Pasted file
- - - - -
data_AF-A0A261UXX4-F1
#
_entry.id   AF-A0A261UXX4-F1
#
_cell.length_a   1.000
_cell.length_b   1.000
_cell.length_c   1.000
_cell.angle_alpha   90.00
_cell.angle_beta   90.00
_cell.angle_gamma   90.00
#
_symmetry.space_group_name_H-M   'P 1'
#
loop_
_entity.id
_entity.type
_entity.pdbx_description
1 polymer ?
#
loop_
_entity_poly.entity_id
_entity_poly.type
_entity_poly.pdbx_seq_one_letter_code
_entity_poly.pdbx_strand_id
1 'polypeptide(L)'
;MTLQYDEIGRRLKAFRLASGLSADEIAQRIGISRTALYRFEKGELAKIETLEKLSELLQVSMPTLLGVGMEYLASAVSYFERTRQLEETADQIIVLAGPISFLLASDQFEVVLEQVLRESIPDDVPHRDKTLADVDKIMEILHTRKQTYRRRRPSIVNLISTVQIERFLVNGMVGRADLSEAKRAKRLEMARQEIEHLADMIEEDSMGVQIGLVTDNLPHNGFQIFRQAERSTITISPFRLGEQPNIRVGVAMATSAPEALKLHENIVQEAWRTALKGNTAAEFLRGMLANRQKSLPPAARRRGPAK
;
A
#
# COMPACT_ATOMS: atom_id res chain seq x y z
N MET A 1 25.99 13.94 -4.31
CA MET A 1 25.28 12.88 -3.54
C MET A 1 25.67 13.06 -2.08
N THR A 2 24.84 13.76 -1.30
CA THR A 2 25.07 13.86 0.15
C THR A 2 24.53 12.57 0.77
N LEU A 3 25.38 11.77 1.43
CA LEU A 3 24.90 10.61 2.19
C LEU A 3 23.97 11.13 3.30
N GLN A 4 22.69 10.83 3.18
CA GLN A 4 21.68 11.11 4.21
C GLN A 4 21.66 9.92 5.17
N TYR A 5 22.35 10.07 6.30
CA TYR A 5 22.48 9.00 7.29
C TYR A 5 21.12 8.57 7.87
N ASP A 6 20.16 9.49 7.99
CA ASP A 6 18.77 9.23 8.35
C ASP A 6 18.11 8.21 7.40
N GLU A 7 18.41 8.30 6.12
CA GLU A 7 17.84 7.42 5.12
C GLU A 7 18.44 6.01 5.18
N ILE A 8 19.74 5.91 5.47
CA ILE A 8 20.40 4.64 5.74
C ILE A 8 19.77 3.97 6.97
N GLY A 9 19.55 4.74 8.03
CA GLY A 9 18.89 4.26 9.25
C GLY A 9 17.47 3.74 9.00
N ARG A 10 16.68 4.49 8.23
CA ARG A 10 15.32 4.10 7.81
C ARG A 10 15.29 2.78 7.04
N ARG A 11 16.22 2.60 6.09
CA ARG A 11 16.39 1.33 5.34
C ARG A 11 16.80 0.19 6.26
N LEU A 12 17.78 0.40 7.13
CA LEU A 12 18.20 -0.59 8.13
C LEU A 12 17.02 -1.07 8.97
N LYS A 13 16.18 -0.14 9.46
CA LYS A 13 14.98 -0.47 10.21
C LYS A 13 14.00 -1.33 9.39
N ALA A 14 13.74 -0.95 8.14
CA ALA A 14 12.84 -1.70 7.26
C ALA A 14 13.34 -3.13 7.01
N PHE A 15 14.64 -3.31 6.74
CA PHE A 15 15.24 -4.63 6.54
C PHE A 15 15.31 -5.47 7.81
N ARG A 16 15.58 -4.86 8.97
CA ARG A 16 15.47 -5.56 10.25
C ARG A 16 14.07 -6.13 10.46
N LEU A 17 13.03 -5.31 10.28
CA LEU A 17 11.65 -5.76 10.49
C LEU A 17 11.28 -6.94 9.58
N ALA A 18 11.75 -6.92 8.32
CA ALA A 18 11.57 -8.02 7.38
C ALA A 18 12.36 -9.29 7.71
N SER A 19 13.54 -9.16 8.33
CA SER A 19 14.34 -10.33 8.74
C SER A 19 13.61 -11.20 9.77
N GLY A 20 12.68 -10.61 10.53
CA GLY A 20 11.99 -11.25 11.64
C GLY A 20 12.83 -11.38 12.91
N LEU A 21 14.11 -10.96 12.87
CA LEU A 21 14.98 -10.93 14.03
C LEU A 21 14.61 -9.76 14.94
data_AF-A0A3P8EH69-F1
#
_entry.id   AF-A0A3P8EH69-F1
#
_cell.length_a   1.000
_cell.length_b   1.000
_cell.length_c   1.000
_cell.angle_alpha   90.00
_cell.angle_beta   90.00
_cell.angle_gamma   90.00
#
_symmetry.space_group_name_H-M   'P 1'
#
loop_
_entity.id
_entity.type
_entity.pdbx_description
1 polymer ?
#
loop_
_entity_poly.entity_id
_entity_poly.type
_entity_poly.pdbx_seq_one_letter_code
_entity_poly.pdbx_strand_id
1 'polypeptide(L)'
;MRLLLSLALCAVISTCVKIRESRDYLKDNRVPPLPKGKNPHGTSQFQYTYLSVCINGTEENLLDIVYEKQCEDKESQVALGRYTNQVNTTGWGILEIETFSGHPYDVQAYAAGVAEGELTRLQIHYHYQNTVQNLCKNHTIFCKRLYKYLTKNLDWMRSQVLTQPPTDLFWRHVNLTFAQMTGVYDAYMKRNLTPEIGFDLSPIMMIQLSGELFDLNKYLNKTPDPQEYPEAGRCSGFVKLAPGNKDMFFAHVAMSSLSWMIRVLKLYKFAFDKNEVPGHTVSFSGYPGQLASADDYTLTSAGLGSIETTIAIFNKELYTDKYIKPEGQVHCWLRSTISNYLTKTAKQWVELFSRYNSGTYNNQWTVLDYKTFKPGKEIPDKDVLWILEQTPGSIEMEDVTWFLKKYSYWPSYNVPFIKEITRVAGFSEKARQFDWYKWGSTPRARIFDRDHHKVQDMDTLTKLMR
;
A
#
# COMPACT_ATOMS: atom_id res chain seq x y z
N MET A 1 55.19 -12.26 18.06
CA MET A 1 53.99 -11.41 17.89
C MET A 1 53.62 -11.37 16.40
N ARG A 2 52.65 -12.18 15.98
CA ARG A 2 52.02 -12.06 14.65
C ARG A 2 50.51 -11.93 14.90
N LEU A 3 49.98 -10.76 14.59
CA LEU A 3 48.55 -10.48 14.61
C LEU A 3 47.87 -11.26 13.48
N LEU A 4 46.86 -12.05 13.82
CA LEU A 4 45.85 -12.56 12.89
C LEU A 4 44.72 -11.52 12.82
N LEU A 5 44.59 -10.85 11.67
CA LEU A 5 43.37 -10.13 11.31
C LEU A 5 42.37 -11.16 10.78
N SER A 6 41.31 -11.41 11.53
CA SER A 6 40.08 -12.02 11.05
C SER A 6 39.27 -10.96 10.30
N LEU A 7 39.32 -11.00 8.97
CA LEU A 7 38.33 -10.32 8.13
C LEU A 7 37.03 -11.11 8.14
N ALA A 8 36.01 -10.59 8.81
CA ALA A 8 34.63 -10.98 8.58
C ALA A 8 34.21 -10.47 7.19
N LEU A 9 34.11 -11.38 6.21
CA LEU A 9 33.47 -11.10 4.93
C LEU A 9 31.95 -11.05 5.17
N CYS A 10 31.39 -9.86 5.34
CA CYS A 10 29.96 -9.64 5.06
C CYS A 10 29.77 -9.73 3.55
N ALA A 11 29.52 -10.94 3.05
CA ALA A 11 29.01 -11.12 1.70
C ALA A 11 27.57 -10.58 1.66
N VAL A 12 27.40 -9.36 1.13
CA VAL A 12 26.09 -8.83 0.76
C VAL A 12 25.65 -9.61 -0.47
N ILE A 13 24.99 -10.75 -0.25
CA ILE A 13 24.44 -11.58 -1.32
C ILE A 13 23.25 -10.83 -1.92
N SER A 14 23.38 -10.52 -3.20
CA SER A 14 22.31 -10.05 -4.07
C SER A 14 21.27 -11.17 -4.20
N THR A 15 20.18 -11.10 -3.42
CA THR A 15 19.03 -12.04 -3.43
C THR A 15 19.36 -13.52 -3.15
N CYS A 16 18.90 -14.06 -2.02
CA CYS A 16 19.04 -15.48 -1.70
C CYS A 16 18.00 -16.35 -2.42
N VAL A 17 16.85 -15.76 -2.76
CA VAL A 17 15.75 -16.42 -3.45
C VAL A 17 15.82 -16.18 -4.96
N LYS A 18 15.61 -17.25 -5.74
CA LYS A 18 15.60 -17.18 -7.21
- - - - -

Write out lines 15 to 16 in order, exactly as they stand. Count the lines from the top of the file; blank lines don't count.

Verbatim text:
_entity.id
_entity.type